Reply
    • I often hide those posts that show different applications on facebook that just clutter up my news feed. I guess it’s up to each author to determine where the balance is for them. We obviously can’t decide for the public how much they want to see us. In turn we all have our limits and what we consider too much or too little. It is such a personal thing. I try not to post too often and don’t always post my blog updates on facebook because I feel as though it will be too much. Also many of my *real* friends aren’t necessarily interested in posts I do about writing unless it’s to update them on some publication news.

      Reply
  2. I don’t post updates that often on. What makes me nuts are authors constantly updating & listing their book links. In my opinion – that’s spam, so they go on my “hide all posts by so & so”. Networked blogs is different – actually it’s rather convenient. As for balance – I only follow a handful of blogs, post on my own site when I have time or something to say, & usually ignore FB. When I have spare time – & this is taking into account quality time spent with my better half – I write. That’s an effort toward balance. What happens with promotion happens – besides, I’m not sure there’s much interest (nor should there be) in cyberworld about my current location, what I’m doing or thinking. (And if I did post that kind of stuff – I’d never have any readers.) Okay – now this is where I throw in book blurbs, & add the links to your page …..

    BTW – Update: Drinking coffee – reading Laura Best’s blog post, getting ready to drive to Sebastion Inlet (beautiful place – great surf) & I’m still wearing my Big Dog jammie bottoms while typing this here reply. I might even shave this morning. Now – wasn’t that dull? Didja’ll REALLY care?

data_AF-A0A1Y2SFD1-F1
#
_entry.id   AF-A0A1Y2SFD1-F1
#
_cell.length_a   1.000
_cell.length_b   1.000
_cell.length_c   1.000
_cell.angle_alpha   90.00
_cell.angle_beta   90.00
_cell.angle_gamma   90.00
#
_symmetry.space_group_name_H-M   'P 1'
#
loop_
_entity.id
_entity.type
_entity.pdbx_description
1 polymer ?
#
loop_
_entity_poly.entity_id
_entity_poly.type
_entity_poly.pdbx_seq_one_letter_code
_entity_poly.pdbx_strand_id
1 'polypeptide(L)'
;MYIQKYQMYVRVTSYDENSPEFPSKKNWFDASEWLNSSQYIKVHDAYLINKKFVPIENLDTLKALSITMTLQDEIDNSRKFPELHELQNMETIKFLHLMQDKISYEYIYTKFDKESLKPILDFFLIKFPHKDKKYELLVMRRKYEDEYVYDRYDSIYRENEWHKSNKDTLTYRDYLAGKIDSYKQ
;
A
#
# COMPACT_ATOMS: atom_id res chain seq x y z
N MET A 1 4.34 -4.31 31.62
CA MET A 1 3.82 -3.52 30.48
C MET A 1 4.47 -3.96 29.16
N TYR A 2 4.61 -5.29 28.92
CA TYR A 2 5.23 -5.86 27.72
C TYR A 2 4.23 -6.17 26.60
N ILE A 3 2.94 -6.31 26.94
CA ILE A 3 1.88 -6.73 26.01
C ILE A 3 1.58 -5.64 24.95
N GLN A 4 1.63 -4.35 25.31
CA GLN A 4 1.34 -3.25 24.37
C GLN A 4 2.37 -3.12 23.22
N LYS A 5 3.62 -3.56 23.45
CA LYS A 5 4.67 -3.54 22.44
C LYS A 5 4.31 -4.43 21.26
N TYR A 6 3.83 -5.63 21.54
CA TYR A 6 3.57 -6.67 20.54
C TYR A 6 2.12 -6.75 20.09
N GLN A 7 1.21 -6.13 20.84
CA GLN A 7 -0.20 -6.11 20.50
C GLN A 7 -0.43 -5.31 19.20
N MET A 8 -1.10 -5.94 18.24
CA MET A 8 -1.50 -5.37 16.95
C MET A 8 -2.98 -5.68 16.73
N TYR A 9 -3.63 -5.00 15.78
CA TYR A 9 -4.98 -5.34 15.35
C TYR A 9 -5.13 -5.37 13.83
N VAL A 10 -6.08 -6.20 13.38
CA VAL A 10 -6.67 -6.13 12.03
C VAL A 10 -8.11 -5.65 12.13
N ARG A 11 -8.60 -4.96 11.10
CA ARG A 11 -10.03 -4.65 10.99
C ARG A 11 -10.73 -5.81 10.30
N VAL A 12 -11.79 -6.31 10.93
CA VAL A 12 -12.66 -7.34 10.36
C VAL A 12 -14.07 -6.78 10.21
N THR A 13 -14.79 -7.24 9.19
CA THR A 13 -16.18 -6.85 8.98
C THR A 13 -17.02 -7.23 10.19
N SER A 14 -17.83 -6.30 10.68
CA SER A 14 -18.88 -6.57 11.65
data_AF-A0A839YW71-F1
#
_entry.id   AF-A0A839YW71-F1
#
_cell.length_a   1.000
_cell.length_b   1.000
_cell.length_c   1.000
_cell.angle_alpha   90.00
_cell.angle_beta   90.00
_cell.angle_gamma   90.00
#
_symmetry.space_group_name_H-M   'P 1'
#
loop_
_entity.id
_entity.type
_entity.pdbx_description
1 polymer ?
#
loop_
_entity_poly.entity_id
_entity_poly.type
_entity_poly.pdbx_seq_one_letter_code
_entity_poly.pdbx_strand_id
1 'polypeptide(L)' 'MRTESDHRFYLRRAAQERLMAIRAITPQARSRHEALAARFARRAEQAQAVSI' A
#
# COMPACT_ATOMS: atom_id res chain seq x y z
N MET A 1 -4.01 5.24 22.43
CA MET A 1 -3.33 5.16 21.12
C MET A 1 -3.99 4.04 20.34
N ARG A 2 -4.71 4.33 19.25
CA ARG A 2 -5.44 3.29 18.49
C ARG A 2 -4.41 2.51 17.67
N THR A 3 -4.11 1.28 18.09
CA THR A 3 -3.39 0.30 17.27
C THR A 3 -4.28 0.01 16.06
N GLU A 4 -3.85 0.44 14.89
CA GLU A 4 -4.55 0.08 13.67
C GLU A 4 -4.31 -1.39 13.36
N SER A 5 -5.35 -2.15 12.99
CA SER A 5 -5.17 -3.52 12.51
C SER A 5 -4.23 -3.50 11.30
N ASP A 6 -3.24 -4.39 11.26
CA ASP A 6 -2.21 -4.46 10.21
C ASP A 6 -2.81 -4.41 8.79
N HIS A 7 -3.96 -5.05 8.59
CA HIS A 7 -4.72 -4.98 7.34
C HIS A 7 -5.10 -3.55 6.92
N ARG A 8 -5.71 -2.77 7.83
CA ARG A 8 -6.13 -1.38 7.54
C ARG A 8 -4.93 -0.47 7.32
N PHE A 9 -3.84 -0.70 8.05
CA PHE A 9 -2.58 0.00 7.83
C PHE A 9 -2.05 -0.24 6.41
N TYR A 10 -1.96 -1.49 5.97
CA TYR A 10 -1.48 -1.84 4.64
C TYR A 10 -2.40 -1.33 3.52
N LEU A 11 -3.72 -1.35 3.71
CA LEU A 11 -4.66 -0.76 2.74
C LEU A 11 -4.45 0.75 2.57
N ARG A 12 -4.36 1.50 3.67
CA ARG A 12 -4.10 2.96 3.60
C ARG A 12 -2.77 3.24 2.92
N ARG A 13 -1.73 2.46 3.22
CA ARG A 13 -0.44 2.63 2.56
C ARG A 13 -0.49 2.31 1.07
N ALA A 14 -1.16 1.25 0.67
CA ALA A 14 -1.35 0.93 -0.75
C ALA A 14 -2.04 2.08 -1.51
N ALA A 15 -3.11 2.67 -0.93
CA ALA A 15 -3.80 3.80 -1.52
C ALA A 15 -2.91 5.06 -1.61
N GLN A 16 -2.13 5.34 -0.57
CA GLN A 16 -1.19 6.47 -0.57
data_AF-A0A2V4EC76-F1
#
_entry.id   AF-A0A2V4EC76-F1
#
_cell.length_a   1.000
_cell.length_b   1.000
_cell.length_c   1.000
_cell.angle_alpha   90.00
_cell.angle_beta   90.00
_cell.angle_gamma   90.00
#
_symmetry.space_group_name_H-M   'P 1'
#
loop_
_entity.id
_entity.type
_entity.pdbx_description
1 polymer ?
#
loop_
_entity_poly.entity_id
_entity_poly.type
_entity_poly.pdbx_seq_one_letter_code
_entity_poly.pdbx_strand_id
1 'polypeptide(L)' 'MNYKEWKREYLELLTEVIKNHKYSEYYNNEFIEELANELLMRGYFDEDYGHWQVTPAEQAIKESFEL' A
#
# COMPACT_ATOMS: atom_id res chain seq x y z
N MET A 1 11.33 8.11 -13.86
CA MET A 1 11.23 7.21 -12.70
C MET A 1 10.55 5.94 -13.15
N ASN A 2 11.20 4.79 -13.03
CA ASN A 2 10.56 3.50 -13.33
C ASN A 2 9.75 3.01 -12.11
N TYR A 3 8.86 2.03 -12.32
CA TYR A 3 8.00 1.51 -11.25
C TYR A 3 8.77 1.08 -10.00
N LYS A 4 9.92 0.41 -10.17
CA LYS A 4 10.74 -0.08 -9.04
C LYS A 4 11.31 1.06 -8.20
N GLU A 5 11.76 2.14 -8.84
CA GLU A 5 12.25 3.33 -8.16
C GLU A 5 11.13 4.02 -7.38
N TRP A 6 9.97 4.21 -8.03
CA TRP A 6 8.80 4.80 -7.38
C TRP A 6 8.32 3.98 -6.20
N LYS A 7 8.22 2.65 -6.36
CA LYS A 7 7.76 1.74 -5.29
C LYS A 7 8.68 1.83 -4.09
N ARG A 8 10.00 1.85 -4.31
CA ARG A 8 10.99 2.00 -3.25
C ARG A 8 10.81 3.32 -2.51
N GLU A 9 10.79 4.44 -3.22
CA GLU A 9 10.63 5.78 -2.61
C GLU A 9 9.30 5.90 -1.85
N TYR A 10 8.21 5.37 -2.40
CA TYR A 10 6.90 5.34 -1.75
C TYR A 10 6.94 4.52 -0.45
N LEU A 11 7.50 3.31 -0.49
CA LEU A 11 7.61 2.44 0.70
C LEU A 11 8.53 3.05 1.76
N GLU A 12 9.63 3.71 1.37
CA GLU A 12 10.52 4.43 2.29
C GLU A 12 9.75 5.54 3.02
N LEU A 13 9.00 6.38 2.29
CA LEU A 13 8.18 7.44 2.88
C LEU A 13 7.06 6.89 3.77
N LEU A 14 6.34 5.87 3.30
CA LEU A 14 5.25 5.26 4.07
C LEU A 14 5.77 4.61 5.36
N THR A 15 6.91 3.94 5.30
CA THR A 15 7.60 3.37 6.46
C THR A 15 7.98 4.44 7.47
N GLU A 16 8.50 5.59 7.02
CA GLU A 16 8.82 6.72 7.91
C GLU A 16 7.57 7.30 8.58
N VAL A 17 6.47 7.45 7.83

Reply
    • I don’t know, Dave,,Finding out that you were wearing your Big Dog jammie bottoms sounds awfully exciting to me..I guess that speaks volumes about my own life….. Finding what that balance is is definitely an individual thing, and something that will change from time to time as we decided how much time we can allot for all of it.

      Reply
  3. I”m giggling. I post a lot about my blog and my books. Is it too much? I don’t know. But I’m in agreement with you, Laura. I like hearing what other writers are doing. And then there are my friends, my kids, and my kids’ friends. I like to know how everyone’s doing. Oh, and I especially love the photographs.

    Reply
    • I don’t see you posting an ungodly amount on facebook, Joylene. Of course I’m not on through the day now that I’m back to work. Maybe we’re just self-conscious about it. Like you, I’m interested in what other writers are doing..

      Reply
  4. I have hidden people who either post too much or are using social media to create too much personal drama.

    Reply
    • Guilty of hiding the drama for sure. I hate it when people use facebook as their personal soapbox or to trash others. It seems so wrong…Thanks for dropping by my blog, Cindy. It’s always nice meeting a fellow Canadian.. :)

      Reply
  5. Personally, I find it encouraging that a “real” writer has the same things going on in a day’s time that I do, yet they make the time to write. It helps me find balance…and I’m still searching for that…

    Reply
    • Hmmm…*real* writer…You’d be one of those too if I’m not mistaken, Patti… One thing I’ve found, despite all the writers I’ve met on my journey, is that no matter how well they’re known or how successful they are, we are all the same underneath it all. We all have ups and downs, we all need to clean the dirty dishes and as my oldest daughter likes to remind me, “Everyone poops, Mum, Everyone poops.” LOL! I’m so glad to have you as a facebook friend, Patti! :)

      Reply
  6. The nice thing about social media is that you have a choice on whether you want to interact with someone or not. While I like having my friends at my fingertips, I also like being able to disappear when I’ve had enough. If you’re at a party and someone won’t leave alone, you’re not so lucky!

    In terms of writing, you can’t ask for a better outlet to promote your work. Every time a link shows up on facebook or twitter, that’s one more click that might happen on my blog. :-)

    Reply
    • There are times when we all need a break from social media. as it just gets to be too much. It’s great to have that option for sure. Although I enjoy my blog and facebook is usually a lot of fun, I’m hardly ever on twitter.. In fact, often times I forget I’m on twitter.

      Reply